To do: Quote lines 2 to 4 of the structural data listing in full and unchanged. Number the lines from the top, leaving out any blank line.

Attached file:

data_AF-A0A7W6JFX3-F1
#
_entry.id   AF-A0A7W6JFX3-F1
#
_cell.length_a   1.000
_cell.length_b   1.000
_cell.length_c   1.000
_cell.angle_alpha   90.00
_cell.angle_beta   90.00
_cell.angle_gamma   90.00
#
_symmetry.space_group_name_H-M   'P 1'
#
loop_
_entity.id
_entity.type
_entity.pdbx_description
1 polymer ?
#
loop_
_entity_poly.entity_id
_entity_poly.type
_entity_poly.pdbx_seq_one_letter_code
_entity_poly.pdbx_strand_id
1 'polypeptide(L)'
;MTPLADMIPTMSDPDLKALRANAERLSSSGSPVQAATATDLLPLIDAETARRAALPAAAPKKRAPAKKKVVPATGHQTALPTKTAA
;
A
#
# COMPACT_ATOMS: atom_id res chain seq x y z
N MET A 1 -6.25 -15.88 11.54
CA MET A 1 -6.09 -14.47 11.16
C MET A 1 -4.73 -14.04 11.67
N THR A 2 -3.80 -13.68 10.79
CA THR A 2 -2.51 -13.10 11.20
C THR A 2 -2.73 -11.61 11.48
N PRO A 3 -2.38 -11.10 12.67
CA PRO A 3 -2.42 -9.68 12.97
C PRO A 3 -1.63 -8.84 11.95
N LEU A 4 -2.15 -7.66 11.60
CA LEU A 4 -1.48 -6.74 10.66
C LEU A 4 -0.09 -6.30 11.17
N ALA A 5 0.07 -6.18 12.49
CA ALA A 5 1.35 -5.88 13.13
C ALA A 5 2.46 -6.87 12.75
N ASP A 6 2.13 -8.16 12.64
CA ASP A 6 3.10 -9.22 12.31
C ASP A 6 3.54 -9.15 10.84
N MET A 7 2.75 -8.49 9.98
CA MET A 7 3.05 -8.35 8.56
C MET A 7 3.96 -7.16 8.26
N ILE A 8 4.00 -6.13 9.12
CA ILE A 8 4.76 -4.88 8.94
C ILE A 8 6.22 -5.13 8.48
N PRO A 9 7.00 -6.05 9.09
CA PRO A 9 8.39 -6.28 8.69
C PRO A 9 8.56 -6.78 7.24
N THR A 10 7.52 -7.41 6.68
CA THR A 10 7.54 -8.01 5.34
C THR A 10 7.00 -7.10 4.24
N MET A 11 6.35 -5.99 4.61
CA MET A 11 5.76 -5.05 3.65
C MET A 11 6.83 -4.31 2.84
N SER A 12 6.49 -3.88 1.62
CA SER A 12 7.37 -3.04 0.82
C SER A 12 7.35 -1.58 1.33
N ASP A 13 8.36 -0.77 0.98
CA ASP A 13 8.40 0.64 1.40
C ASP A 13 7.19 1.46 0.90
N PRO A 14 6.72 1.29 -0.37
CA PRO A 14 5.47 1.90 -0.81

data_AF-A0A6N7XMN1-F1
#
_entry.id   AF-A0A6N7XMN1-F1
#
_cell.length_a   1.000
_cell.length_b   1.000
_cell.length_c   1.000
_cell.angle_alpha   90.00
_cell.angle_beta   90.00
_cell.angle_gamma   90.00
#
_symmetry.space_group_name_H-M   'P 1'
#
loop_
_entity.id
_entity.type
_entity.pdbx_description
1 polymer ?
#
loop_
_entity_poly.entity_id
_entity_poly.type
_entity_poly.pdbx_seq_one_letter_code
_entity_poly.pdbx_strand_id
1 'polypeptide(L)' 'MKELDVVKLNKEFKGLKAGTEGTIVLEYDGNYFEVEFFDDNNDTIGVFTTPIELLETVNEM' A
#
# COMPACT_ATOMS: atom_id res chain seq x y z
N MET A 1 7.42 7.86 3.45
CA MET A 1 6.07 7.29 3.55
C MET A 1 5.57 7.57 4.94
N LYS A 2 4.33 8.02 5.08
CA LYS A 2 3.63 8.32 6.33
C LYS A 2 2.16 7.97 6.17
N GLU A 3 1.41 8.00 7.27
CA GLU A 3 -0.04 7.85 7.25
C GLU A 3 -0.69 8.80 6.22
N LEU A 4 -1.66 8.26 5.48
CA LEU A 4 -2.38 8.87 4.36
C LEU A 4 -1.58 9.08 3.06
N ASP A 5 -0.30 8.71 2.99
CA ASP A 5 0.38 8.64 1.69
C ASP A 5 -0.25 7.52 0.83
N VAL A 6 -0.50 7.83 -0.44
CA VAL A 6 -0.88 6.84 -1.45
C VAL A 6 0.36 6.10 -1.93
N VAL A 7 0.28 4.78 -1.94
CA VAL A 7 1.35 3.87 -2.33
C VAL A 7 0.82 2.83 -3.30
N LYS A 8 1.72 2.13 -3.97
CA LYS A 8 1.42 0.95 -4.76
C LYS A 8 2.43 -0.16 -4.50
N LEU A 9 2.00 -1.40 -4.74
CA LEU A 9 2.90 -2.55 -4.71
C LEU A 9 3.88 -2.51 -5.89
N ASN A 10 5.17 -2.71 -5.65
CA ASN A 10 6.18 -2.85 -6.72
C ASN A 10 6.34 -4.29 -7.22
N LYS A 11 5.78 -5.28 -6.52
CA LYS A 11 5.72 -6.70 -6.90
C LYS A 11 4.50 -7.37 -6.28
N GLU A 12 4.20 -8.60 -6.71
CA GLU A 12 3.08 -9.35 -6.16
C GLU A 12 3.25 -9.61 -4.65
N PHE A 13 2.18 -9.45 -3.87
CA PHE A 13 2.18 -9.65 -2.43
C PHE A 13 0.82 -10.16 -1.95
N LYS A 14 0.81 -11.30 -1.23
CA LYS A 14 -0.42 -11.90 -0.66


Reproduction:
#
_entry.id   AF-A0A7W6JFX3-F1
#